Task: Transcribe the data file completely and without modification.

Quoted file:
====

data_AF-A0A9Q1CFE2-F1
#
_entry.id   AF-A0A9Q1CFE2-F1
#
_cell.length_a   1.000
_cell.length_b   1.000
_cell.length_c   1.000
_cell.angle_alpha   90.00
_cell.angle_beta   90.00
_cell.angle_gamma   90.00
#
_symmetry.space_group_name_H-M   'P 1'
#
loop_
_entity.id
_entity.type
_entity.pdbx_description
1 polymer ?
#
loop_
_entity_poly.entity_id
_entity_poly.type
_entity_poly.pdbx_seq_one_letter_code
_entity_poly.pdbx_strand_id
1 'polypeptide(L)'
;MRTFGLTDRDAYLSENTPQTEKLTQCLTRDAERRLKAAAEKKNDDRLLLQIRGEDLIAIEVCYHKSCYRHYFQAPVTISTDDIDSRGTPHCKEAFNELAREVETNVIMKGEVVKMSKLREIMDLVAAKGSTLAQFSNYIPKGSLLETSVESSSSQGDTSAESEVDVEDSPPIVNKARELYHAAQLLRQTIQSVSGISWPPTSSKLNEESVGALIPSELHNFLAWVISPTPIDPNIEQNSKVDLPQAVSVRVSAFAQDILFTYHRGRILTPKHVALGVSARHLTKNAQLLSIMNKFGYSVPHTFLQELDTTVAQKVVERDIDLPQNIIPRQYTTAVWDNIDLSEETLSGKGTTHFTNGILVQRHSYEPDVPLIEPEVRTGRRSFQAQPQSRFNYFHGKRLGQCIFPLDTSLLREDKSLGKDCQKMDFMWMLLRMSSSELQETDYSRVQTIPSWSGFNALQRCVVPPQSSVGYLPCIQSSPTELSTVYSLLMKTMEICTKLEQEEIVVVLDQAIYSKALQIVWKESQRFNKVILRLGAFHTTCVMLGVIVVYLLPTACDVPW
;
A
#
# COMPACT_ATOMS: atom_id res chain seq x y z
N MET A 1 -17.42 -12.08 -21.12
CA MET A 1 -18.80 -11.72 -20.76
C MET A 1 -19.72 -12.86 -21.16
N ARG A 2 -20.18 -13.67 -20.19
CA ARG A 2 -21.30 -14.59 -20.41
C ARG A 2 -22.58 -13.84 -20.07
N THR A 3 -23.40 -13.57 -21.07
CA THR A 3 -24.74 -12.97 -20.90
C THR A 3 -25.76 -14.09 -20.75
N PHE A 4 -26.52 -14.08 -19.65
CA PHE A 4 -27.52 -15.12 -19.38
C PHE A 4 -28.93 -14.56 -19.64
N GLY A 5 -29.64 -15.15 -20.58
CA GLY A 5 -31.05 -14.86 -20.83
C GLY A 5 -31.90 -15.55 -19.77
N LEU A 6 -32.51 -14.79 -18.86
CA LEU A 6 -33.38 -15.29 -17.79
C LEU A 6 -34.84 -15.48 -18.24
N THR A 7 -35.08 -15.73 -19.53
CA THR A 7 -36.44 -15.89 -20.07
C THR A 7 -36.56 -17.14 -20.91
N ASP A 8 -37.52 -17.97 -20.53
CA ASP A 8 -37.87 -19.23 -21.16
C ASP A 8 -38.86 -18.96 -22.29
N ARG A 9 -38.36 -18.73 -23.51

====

data_AF-A0A9Q1CFE2-F1
#
_entry.id   AF-A0A9Q1CFE2-F1
#
_cell.length_a   1.000
_cell.length_b   1.000
_cell.length_c   1.000
_cell.angle_alpha   90.00
_cell.angle_beta   90.00
_cell.angle_gamma   90.00
#
_symmetry.space_group_name_H-M   'P 1'
#
loop_
_entity.id
_entity.type
_entity.pdbx_description
1 polymer ?
#
loop_
_entity_poly.entity_id
_entity_poly.type
_entity_poly.pdbx_seq_one_letter_code
_entity_poly.pdbx_strand_id
1 'polypeptide(L)'
;MRTFGLTDRDAYLSENTPQTEKLTQCLTRDAERRLKAAAEKKNDDRLLLQIRGEDLIAIEVCYHKSCYRHYFQAPVTISTDDIDSRGTPHCKEAFNELAREVETNVIMKGEVVKMSKLREIMDLVAAKGSTLAQFSNYIPKGSLLETSVESSSSQGDTSAESEVDVEDSPPIVNKARELYHAAQLLRQTIQSVSGISWPPTSSKLNEESVGALIPSELHNFLAWVISPTPIDPNIEQNSKVDLPQAVSVRVSAFAQDILFTYHRGRILTPKHVALGVSARHLTKNAQLLSIMNKFGYSVPHTFLQELDTTVAQKVVERDIDLPQNIIPRQYTTAVWDNIDLSEETLSGKGTTHFTNGILVQRHSYEPDVPLIEPEVRTGRRSFQAQPQSRFNYFHGKRLGQCIFPLDTSLLREDKSLGKDCQKMDFMWMLLRMSSSELQETDYSRVQTIPSWSGFNALQRCVVPPQSSVGYLPCIQSSPTELSTVYSLLMKTMEICTKLEQEEIVVVLDQAIYSKALQIVWKESQRFNKVILRLGAFHTTCVMLGVIVVYLLPTACDVPW
;
A
#
# COMPACT_ATOMS: atom_id res chain seq x y z
N MET A 1 -17.42 -12.08 -21.12
CA MET A 1 -18.80 -11.72 -20.76
C MET A 1 -19.72 -12.86 -21.16
N ARG A 2 -20.18 -13.67 -20.19
CA ARG A 2 -21.30 -14.59 -20.41
C ARG A 2 -22.58 -13.84 -20.07
N THR A 3 -23.40 -13.57 -21.07
CA THR A 3 -24.74 -12.97 -20.90
C THR A 3 -25.76 -14.09 -20.75
N PHE A 4 -26.52 -14.08 -19.65
CA PHE A 4 -27.52 -15.12 -19.38
C PHE A 4 -28.93 -14.56 -19.64
N GLY A 5 -29.64 -15.15 -20.58
CA GLY A 5 -31.05 -14.86 -20.83
C GLY A 5 -31.90 -15.55 -19.77
N LEU A 6 -32.51 -14.79 -18.86
CA LEU A 6 -33.38 -15.29 -17.79
C LEU A 6 -34.84 -15.48 -18.24
N THR A 7 -35.08 -15.73 -19.53
CA THR A 7 -36.44 -15.89 -20.07
C THR A 7 -36.56 -17.14 -20.91
N ASP A 8 -37.52 -17.97 -20.53
CA ASP A 8 -37.87 -19.23 -21.16
C ASP A 8 -38.86 -18.96 -22.29
N ARG A 9 -38.36 -18.73 -23.51